In today’s high-tech world of product parity, media proliferation and fickle brand loyalty, it has become increasingly difficult to win a majority share of the consumer’s head and heart.
Consumers are faced with a multitude of choices in every conceivable segment of the market. From cars to computers, appliances to apparel, fast food to fizzy drinks, the choices are endless – making price and product intrinsics difficult to discern.
Accelerated by the pandemic, consumer shopping habits have been turned on their head. We now prioritise convenience and accessibility. The internet has become our best and most indispensable friend. And with it, a product’s features, benefits and prices are available at the touch of a button.
The consequence of all the above? Brand loyalty has been severely eroded.
So how do we, as marketers, mitigate against that erosion? How do we embrace this rapidly changing, complex consumer world in a way that creates a discernible advantage for our brands?
The answer lies in building an emotional connection with the consumer. A connection that is based on universal human emotions of love, trust, charm, forgiveness and loyalty.
“If humour and emotion are the two things that travel the most virally, why is advertising so devoid of it these days?” says Ryan Reynolds, Cannes Lions International Festival of Creativity 2022. And he’s dead on.
Based on economic challenges facing the world right now, consumers are naturally being pushed back to a place where substance and deep interrogation of a brand’s value proposition matter. Customers want to know what they’re paying for. Marketing fluff like badges or catchy images no longer work. Instead, people want substance and a product that prioritises what’s really important. Par for the course when it comes to an economic recession – when we take stock of what’s real and what’s fake.
Make no mistake though, establishing authenticity is no quick and easy fix. Building an emotional connection between a brand and the consumer takes substance, time, consistency and most importantly, a crystal-clear north star.
Take Volkswagen, which occupied the emotional high ground in South Africa’s automotive segment through the 80s, 90s and early 2000s. Thanks to a ground-breaking marketing and advertising campaign, VW won the hearts of South African consumers. VW employees and retailers united and publicly committed to build and service People’s Cars to meet or exceed consumer expectations. The advertising campaigns carried this commitment in an authentic, charming and sincere manner. VW took ownership of the emotional heartland in the segment. VW built a loving, forgiving and loyal bond – and infallible brand loyalty – with the car buying consumer. Sales and market share gains followed.
As VW discovered, the key was to get the right balance between emotional connection and product intrinsics. It’s the reason those elements have started to make a comeback as we begin to see work that centres the product and its benefits in an emotional way that resonates with consumers.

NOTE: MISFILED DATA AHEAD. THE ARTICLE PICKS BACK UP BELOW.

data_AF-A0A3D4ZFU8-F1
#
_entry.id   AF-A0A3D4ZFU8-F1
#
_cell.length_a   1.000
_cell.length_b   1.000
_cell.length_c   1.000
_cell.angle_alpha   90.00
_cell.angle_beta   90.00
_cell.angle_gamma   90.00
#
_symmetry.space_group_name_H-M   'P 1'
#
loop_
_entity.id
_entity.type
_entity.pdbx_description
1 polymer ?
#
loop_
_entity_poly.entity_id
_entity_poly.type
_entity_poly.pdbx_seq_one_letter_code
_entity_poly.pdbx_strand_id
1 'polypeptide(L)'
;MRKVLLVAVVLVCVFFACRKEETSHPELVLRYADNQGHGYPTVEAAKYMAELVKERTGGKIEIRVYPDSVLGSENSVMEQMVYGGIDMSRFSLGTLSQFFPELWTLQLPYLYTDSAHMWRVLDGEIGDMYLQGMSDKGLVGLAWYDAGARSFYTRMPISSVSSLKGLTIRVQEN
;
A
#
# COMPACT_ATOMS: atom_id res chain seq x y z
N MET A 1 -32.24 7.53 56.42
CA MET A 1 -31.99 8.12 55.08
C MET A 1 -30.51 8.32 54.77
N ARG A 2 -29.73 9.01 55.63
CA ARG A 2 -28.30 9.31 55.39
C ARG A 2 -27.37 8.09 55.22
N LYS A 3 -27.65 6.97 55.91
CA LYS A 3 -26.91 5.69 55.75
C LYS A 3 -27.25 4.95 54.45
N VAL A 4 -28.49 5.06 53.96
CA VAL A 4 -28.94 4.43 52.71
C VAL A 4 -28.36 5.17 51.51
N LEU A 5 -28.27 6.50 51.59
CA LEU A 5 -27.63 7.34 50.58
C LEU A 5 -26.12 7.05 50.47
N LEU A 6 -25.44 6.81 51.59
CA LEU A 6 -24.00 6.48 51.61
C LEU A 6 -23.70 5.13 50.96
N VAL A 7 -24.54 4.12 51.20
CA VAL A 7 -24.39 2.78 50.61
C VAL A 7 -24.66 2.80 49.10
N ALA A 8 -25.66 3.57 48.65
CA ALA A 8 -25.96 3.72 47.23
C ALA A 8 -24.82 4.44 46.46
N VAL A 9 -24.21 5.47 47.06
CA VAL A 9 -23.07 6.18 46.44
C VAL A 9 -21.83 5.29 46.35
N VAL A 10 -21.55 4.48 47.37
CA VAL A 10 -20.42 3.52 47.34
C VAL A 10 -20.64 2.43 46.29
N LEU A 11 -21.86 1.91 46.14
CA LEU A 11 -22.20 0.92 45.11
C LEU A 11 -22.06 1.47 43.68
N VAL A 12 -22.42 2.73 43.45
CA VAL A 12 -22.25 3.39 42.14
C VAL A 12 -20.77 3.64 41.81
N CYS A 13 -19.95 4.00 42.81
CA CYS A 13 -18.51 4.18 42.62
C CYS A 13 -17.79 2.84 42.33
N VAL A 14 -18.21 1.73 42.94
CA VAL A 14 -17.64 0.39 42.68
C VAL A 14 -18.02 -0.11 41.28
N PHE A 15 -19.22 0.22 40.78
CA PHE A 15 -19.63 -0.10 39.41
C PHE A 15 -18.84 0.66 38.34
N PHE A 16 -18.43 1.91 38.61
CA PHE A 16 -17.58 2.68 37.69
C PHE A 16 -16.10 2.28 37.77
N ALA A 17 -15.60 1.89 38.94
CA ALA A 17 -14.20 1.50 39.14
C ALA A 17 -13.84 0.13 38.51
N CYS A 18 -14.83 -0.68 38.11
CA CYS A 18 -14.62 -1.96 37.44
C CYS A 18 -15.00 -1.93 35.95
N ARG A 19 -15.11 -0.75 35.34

Financial services is a good example of a space getting it right. Over the past two years, it’s become common to hear of customers saying they’ve ‘kind of fallen in love’ with a banking brand because of how they’ve been cared for and helped through recent tough times. This is no coincidence. It comes from these brands claiming the emotional high ground. Tech brands like Apple are following suit.
In a segment that is as competitive as the automotive one, the space is wide open for a brand to own the heartland space that VW vacated as they have moved into new and different spaces. Brands well placed to lay claim to this potential segment high ground include Ford, Hyundai, Kia and Toyota. All have been highly successful in the volume segments of the SA passenger and light commercial vehicle market over the past 10 plus years.
The obvious question is which of these broad appeal, high volume brands is going to seize the moment? To lay claim to heartland status in any segment, key prerequisites are volume or share of market, heritage, reputation, image and product substance. A “johnny-come-lately” brand with superficial offerings will never occupy the segment heartland. In the words of one of the doyennes of advertising, David Ogilvy, “The consumer is not a moron. She is your wife. Don’t insult her intelligence.” The holy grail of heartland must be earned. Just as respect must be earned.
Once a brand has earned the heartland, consumers will be inclined to be forgiving. It will be less beholden to new product rollouts from competitors, or the life cycle factor because their customers are so in love with the brand, they’ll wait years for the new model to roll out.
The opportunity to earn and occupy the vacant heartland exists in many market segments in South Africa. However, the absolute prerequisites are badge, substance and market presence. And to that you must add the silver bullet – emotional connection.
Bill Stephens is an executive consultant for M&C Saatchi Abel. He joined the advertising agency Rightford Searle – Tripp and Makin in 1979 as business director on the Volkswagen account. He was part of the team responsible for the iconic VW advertising spanning the 80’s and early 90s. He became a Director of the Agency in 1982 before becoming Volkswagen SA’s head of Sales and Marketing. Stephens retired from VW of SA in 2011 and then moved back to C.T, joining the then fledgling communications agency M&C Saatchi Abel as an executive consultant – a role he continues to fulfil today. He has witnessed M&C SA grow into one of the leading communication agency groups on the Continent.
Want to continue this conversation on The Media Online platforms? Comment on Twitter @MediaTMO or on our Facebook page. Send us your suggestions, comments, contributions or tip-offs via e-mail to firstname.lastname@example.org.